You have probably heard about the benefits of consuming probiotics to help maintain a healthy gut microbiome, but have you heard of applying probiotics to your face? While the skin microbiome has been a hot topic within the science world for a while now, it’s only just beginning to become mainstream in skincare.

What’s the big deal? In a nutshell, happy skin flora translates to healthy, glowing skin that is clear and healthy. Probiotic skincare helps skin flora to, well flourish, and this benefits the skin in many different ways.

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Balancing Act

If your skin is unhappy, the microbiome is considered out of balance. But just what does ''out of balance" mean? It translates to skin that is too oily, too dry, uneven, red, irritated or sensitive. At the more extreme end of the scale, you experience acne, ezcema or perioral dermatitis. This is what is known as "dysbiosis".

Acne is a complex skin issue, but one factor is the overgrowth of pathogenic bacteria on the skin. Cutibacterium acnes (c.acnes) is the culprit, although this bacteria can be both commensal (harmless) and pathogenic. The pathogenic strains trigger inflammation, which can lead to acne.

Just like gut probiotics, live probiotics in skincare fight bad bacteria by introducing good bacteria. They produce antimicrobial peptides, which are essentially natural antibiotics) to ward off bad bacteria and restore the balance.


The good fight

Balancing the microbiome has many knock-off benefits, it’s a bit like a domino effect. Because a healthy skin microbiome equates to a healthy and hydrated skin barrier, the skin immune system is more robust, creating a calming effect on the skin. When your skin barrier is fortified your skin is radiant, healthy and glowing.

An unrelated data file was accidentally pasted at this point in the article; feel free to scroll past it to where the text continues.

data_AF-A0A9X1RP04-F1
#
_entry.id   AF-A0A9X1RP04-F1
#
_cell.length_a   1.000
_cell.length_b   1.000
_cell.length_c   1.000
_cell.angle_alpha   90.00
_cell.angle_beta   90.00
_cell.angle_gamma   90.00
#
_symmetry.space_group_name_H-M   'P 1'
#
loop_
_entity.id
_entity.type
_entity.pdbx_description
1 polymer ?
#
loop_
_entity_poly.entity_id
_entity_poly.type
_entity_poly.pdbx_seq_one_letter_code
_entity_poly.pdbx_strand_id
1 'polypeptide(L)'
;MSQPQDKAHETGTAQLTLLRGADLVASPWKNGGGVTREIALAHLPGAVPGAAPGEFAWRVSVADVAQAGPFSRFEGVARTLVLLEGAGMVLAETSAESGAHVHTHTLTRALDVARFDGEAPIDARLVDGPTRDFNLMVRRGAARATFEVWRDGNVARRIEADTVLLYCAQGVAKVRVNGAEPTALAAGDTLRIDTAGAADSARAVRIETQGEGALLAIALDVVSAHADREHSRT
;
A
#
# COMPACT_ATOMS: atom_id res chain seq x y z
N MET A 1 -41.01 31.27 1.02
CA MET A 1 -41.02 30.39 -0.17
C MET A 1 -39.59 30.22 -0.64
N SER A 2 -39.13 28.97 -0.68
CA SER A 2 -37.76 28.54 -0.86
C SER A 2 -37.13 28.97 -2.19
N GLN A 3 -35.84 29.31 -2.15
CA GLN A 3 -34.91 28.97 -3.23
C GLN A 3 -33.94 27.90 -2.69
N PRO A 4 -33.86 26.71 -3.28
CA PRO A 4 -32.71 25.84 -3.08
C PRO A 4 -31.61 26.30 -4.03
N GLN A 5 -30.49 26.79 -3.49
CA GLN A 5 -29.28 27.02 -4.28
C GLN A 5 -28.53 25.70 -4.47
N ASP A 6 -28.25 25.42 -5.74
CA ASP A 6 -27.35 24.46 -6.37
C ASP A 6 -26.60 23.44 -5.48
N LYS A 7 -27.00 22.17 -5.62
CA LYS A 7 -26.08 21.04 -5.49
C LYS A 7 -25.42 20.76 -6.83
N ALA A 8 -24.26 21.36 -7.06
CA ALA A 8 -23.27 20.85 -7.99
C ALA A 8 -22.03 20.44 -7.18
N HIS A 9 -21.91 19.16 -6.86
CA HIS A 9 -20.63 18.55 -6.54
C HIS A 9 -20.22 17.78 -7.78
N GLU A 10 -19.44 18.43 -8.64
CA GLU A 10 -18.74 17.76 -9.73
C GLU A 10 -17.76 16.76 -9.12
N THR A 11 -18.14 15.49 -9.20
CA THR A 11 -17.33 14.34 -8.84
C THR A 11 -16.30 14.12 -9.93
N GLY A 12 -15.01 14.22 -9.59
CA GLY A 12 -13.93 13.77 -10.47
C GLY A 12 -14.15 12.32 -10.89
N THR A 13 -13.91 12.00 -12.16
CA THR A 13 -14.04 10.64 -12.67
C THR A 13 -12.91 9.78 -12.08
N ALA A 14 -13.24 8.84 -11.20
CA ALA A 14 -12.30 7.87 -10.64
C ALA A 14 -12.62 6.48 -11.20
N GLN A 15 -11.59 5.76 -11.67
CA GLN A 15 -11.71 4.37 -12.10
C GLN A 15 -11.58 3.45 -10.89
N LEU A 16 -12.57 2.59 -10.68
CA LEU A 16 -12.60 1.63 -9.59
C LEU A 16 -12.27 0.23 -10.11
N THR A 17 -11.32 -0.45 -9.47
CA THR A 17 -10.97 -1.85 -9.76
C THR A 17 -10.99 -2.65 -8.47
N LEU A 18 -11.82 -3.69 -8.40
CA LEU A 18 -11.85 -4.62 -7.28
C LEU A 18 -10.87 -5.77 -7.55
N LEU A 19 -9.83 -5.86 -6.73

Inflammation is dialled down, reducing flare-ups. If and when breakouts do occur, they are less severe as the skin system is able to fight them off more effectively.

Lastly, they boost the skin’s ability to deal with external factors such as free radicals, sun, and pollution, giving the added bonus of preventing premature aging. 


Gently does it

Working with your skin’s natural intelligence, probiotic skincare is a gentle way to clear up and restore skin. The old-school way of dealing with acne was to wipe out all bacteria with antibiotics or harsh ingredients. Although the acne disappears, you are left with a weakened microbiome, its fortifying benefits and natural oils stripped away.

You can further harness the power of probiotic skincare products with the use of prebiotic skincare products. ‘Pre’ as in before the probiotics; prebiotic cleansers and serums create the ideal conditions on the skin for the probiotic bacteria to thrive. Research has identified some advanced probiotic strains that are effective in improving the health of the skin microbiome.

If you want to try probiotic skincare, it’s useful to understand the different types available, as often they are just generalized as ‘probiotics,’ when in fact, they are a byproduct of probiotics, more accurately known as postbiotics.

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So, what’s the difference?

Prebiotics

Useful for creating an optimal environment for probiotics, as they promote the growth of micro-organisms. Think of prebiotics as a fertilizer for feeding the micro-organisms.

Ingredient examples in skincare: chicory, beet, xylitol, rhamnose

Probiotics

These are the living micro-organisms that work to actively alter the microflora of the host. True probiotic skincare is rarer as keeping the micro-organisms stable and alive within skincare products is no easy task.

Ingredient examples in skincare: BLIS Q24.

Postbiotics

More commonly found in skincare, postbiotics are the chemical byproducts of micro-organisms, they are no longer alive but still provide benefits to the skin.

The limitations of postbiotics are that they do not offer the same intensity of benefits of live, active probiotic strains. You can easily spot them in ingredient lists as they will have the bacteria name followed by lysate.


Ingredient examples in skincare: Lactobacillus lysate, bifidobacterium lysate, Lactococcus ferment lysate.